I can't really honestly tell you that I've had a decent night of sleep since Charlie was born. I think that my wife and I are in agreement about one thing: We want our bedroom back.
To scoot in the middle of our bed, after Donna died, was to inhabit sacred space. I can still feel her there sometimes, and certainly think of her there if I migrate too close to the middle.
As a community of parents, let's agree on one thing: we do not need to reinvent the child-caring wheel with each new baby. We are all doing the best we can for our children and our families.
A recent study suggests that young children who share a bed with their parents may be at lower risk for obesity.
Is it possible that Americans are emotionally better in tune with their pets than their babies?
As a culture, Americans need to move beyond narrow interpretations of parenting practices.
What most people seem to ignore is that creating an attachment bond with your baby is about putting your child's needs ahead of yours. It's as simple as that. Seriously.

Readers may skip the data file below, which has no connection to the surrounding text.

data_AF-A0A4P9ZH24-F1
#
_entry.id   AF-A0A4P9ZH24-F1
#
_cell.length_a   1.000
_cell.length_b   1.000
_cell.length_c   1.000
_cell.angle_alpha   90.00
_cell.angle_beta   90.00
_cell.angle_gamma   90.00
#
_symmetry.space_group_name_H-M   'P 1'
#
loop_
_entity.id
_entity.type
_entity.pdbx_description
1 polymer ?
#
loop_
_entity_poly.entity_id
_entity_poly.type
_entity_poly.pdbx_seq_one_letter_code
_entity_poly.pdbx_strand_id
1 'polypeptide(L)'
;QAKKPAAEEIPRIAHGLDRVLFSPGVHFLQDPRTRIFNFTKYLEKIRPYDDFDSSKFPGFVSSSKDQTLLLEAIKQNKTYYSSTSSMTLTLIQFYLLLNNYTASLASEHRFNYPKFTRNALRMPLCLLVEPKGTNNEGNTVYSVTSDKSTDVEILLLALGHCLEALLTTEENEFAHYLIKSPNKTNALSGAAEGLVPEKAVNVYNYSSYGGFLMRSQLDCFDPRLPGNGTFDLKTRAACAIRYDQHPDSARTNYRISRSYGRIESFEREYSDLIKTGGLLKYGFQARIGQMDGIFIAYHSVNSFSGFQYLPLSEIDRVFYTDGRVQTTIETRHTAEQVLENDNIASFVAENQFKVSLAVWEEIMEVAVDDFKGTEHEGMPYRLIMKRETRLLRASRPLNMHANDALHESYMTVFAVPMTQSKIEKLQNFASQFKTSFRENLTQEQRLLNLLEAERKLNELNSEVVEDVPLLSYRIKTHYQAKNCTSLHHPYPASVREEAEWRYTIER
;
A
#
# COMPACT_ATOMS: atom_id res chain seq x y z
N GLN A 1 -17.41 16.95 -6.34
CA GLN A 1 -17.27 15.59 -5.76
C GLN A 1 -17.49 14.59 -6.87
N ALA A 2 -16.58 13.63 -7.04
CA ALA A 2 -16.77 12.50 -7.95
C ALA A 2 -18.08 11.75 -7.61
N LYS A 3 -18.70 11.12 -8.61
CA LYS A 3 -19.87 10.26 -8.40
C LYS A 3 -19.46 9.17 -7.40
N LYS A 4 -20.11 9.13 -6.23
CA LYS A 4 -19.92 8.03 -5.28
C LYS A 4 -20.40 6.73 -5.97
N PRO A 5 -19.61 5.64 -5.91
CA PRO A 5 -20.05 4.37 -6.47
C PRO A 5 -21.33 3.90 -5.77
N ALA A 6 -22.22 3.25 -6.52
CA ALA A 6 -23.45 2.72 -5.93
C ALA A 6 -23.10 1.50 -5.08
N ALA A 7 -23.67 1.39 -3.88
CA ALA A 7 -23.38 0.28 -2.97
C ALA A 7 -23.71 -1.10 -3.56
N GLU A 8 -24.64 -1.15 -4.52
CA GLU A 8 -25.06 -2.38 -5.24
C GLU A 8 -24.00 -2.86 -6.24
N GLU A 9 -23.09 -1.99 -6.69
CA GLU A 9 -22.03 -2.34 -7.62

You can be the most sacrificing altruistic mother in the world and your child will resent you for making them your world and never teaching them empathy because you always hid your pain.
Our decision to not co-sleep with our children has allowed us to nurture our relationship as husband and wife, while at the same time instilling in our children the importance of being independent.
This may not be a great confession to make as a pediatrician, but when it comes to sleep and kids, I am a total softie.
If there's one thing we women, especially brand-new mothers, enjoy hearing, especially from men and especially from our fathers, is that breastfeeding "seems like a hassle."
Perhaps we need more celebrities like Brad and Angelina -- who say they sleep with all six of theirs in a giant bed -- to convince the world that sleeping with your kids is actually a privilege.
I'm afraid that if it's found out, in Park Slope, that I buy my baby's food in jars, the Stroller Mafia will set up a picket line outside our building with candles and vigils and big signs stapled to sticks.